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  1. #1
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    What do you do on tour?

    I am curious if any of you have gone on a long-distance bike trip or thought of going on one with some kind of goal in mind. I mean, something more than "go there, see that, take pictures." I would love to take a long-distance bike trip but my personality is such that I am hopeless without a solid goal to provide motivation.

  2. #2
    Long Distance Cyclist Machka's Avatar
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    Most of my tours revolve around a major Randonneuring event (see my website in my sig line below).


    If you want a tour that is a little more of a challenge than "go there, see that, take pictures." check out this tour (or these tours, this organization actually puts on three of them):

    http://www.tourdafrique.com/

  3. #3
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    My first tour was from Perth to Adelaide -- to get home to Tasmania.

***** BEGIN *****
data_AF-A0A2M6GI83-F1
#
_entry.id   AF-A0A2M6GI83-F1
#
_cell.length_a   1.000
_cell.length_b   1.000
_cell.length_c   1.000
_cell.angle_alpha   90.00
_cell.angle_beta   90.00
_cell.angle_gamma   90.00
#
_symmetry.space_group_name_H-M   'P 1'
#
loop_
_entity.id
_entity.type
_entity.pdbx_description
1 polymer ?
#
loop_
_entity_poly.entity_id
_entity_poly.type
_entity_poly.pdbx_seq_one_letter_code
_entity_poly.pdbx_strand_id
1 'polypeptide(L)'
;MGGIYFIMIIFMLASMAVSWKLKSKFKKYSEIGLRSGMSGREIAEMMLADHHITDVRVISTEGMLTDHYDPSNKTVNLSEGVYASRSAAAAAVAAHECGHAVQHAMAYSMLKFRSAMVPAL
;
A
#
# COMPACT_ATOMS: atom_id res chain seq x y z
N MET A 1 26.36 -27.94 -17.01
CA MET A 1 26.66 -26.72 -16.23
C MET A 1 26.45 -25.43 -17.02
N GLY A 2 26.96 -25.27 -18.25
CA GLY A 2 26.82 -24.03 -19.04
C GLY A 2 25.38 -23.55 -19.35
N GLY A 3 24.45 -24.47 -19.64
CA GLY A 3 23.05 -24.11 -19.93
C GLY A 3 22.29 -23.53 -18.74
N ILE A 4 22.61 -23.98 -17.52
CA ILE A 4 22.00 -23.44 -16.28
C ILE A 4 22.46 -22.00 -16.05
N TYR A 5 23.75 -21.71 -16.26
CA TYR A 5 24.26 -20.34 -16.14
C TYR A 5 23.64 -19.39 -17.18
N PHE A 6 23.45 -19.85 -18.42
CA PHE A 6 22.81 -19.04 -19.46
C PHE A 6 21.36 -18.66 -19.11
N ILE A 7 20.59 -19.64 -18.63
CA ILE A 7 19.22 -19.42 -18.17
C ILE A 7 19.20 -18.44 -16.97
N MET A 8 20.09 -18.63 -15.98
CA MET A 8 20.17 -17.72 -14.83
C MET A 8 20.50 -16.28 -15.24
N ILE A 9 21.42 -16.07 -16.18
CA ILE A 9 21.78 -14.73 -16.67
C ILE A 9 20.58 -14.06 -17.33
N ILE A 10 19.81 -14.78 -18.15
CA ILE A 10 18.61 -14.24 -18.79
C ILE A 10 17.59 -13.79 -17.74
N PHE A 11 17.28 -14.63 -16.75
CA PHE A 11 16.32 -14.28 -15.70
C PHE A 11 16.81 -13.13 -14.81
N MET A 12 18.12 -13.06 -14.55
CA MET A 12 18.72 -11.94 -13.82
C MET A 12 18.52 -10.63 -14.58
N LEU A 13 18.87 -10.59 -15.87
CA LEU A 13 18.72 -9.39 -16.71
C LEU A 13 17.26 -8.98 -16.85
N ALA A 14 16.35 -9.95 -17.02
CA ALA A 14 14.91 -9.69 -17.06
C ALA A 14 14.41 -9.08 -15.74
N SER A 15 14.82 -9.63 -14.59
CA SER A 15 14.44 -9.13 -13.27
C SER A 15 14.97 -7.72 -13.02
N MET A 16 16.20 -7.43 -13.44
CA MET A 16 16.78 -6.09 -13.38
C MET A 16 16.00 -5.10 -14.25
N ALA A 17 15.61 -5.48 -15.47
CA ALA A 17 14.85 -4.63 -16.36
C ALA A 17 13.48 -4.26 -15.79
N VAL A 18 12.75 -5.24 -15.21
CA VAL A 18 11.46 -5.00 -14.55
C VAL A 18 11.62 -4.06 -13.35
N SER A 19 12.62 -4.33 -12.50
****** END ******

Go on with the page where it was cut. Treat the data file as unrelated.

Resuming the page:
After that, the goal has always been to have fun. Maybe you should re-orient your motivational triggers a bit.

    And like Machka, I think randonnee and ultracycling events are a good excuse to do some touring before, during and after in unfamiliar locations.
    Dream. Dare. Do.

  4. #4
    This user is a pipebomb brotherdan's Avatar
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    On tour I spend most of my time riding my bike. Going there, doing that, and taking pictures is usually enough for me. Often I try to push myself to see just how far I can go. And often I don't bother taking any pictures. But the journey is enough to get me going.

    I like microbrew beer. Sometimes I focus on trying to visit as many microbreweries as I can in the course of a tour. I know some people go on winery tours by bicycle. Others try to hit as many historical sites as possible.

    I don't know what would motivate you to take a bicycle tour. I guess the question you have to ask yourself is: why do I go on vacation in the first place? Once you get that question answered, then you can start looking into how to fit YOUR goals into a bicycle tour.
    Bikes belong in the motor city

  5. #5
    Senior Member xilios's Avatar
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    Goals? Sense of adventure, away from the everyday, forget everything (home, bills, kids etc...) see how other people live (what they eat and drink), but mostly have fun.

  6. #6
    I'm made of earth! becnal's Avatar